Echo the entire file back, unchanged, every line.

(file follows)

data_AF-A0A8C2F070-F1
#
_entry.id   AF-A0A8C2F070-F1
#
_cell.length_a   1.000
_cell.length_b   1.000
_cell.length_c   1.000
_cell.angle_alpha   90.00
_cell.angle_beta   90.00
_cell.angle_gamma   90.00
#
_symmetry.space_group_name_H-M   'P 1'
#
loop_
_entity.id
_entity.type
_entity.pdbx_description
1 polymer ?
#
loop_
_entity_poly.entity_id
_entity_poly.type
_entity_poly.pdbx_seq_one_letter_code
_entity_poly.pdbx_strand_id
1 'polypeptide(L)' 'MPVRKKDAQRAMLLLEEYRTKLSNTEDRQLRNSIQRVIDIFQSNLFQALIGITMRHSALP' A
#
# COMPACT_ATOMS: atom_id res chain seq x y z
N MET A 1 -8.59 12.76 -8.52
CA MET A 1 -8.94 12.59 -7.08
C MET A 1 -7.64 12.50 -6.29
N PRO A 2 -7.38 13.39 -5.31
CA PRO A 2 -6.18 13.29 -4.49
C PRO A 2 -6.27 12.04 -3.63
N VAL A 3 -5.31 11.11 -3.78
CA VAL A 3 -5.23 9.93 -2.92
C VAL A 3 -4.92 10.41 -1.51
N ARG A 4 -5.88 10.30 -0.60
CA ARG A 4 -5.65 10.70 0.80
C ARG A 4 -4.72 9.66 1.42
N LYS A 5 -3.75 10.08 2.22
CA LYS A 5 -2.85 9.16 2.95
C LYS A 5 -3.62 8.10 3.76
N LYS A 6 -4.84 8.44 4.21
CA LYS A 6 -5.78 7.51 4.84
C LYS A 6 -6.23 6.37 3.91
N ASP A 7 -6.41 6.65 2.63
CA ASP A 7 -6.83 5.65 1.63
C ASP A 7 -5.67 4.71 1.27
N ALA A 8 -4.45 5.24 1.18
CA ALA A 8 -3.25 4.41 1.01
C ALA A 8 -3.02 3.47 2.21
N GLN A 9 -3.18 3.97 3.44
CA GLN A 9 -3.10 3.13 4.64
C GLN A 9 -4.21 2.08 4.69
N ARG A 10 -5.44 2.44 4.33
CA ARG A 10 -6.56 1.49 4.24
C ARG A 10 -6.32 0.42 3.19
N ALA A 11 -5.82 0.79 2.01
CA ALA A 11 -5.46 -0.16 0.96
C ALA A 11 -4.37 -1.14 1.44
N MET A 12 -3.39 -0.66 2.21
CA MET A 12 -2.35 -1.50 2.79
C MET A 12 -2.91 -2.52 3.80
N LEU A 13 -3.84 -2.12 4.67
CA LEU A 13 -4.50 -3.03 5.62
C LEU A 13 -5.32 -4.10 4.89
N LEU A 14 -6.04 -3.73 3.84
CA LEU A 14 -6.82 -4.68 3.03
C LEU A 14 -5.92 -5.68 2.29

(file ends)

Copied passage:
data_AF-A0A8C2F070-F1
#
_entry.id   AF-A0A8C2F070-F1
#
_cell.length_a   1.000
_cell.length_b   1.000
_cell.length_c   1.000
_cell.angle_alpha   90.00
_cell.angle_beta   90.00
_cell.angle_gamma   90.00
#
_symmetry.space_group_name_H-M   'P 1'
#
loop_
_entity.id
_entity.type
_entity.pdbx_description
1 polymer ?
#
loop_
_entity_poly.entity_id
_entity_poly.type
_entity_poly.pdbx_seq_one_letter_code
_entity_poly.pdbx_strand_id
1 'polypeptide(L)' 'MPVRKKDAQRAMLLLEEYRTKLSNTEDRQLRNSIQRVIDIFQSNLFQALIGITMRHSALP' A
#
# COMPACT_ATOMS: atom_id res chain seq x y z
N MET A 1 -8.59 12.76 -8.52
CA MET A 1 -8.94 12.59 -7.08
C MET A 1 -7.64 12.50 -6.29
N PRO A 2 -7.38 13.39 -5.31
CA PRO A 2 -6.18 13.29 -4.49
C PRO A 2 -6.27 12.04 -3.63
N VAL A 3 -5.31 11.11 -3.78
CA VAL A 3 -5.23 9.93 -2.92
C VAL A 3 -4.92 10.41 -1.51
N ARG A 4 -5.88 10.30 -0.60
CA ARG A 4 -5.65 10.70 0.80
C ARG A 4 -4.72 9.66 1.42
N LYS A 5 -3.75 10.08 2.22
CA LYS A 5 -2.85 9.16 2.95
C LYS A 5 -3.62 8.10 3.76
N LYS A 6 -4.84 8.44 4.21
CA LYS A 6 -5.78 7.51 4.84
C LYS A 6 -6.23 6.37 3.91
N ASP A 7 -6.41 6.65 2.63
CA ASP A 7 -6.83 5.65 1.63
C ASP A 7 -5.67 4.71 1.27
N ALA A 8 -4.45 5.24 1.18
CA ALA A 8 -3.25 4.41 1.01
C ALA A 8 -3.02 3.47 2.21
N GLN A 9 -3.18 3.97 3.44
CA GLN A 9 -3.10 3.13 4.64
C GLN A 9 -4.21 2.08 4.69
N ARG A 10 -5.44 2.44 4.33
CA ARG A 10 -6.56 1.49 4.24
C ARG A 10 -6.32 0.42 3.19
N ALA A 11 -5.82 0.79 2.01
CA ALA A 11 -5.46 -0.16 0.96
C ALA A 11 -4.37 -1.14 1.44
N MET A 12 -3.39 -0.66 2.21
CA MET A 12 -2.35 -1.50 2.79
C MET A 12 -2.91 -2.52 3.80
N LEU A 13 -3.84 -2.12 4.67
CA LEU A 13 -4.50 -3.03 5.62
C LEU A 13 -5.32 -4.10 4.89
N LEU A 14 -6.04 -3.73 3.84
CA LEU A 14 -6.82 -4.68 3.03
C LEU A 14 -5.92 -5.68 2.29